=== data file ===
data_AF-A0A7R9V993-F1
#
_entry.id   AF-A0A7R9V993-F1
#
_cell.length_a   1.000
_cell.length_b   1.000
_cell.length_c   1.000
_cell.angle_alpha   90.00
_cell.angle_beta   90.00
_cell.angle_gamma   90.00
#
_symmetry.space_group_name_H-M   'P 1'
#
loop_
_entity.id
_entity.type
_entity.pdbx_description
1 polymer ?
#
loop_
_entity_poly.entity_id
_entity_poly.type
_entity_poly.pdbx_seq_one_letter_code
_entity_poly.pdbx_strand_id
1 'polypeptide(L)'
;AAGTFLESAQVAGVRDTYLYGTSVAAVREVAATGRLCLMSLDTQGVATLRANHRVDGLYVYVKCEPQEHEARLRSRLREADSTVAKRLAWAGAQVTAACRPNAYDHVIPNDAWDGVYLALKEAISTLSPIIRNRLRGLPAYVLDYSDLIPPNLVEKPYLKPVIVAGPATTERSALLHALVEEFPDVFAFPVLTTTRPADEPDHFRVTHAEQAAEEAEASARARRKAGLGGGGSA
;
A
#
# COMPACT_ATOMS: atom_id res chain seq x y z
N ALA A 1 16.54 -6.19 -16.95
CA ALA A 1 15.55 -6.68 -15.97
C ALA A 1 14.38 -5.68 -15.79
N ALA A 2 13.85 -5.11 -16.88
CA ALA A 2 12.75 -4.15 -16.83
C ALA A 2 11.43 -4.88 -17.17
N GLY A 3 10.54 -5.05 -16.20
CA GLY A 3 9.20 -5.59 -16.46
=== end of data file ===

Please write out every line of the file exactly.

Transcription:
data_AF-A0A7R9V993-F1
#
_entry.id   AF-A0A7R9V993-F1
#
_cell.length_a   1.000
_cell.length_b   1.000
_cell.length_c   1.000
_cell.angle_alpha   90.00
_cell.angle_beta   90.00
_cell.angle_gamma   90.00
#
_symmetry.space_group_name_H-M   'P 1'
#
loop_
_entity.id
_entity.type
_entity.pdbx_description
1 polymer ?
#
loop_
_entity_poly.entity_id
_entity_poly.type
_entity_poly.pdbx_seq_one_letter_code
_entity_poly.pdbx_strand_id
1 'polypeptide(L)'
;AAGTFLESAQVAGVRDTYLYGTSVAAVREVAATGRLCLMSLDTQGVATLRANHRVDGLYVYVKCEPQEHEARLRSRLREADSTVAKRLAWAGAQVTAACRPNAYDHVIPNDAWDGVYLALKEAISTLSPIIRNRLRGLPAYVLDYSDLIPPNLVEKPYLKPVIVAGPATTERSALLHALVEEFPDVFAFPVLTTTRPADEPDHFRVTHAEQAAEEAEASARARRKAGLGGGGSA
;
A
#
# COMPACT_ATOMS: atom_id res chain seq x y z
N ALA A 1 16.54 -6.19 -16.95
CA ALA A 1 15.55 -6.68 -15.97
C ALA A 1 14.38 -5.68 -15.79
N ALA A 2 13.85 -5.11 -16.88
CA ALA A 2 12.75 -4.15 -16.83
C ALA A 2 11.43 -4.88 -17.17
N GLY A 3 10.54 -5.05 -16.20
CA GLY A 3 9.20 -5.59 -16.46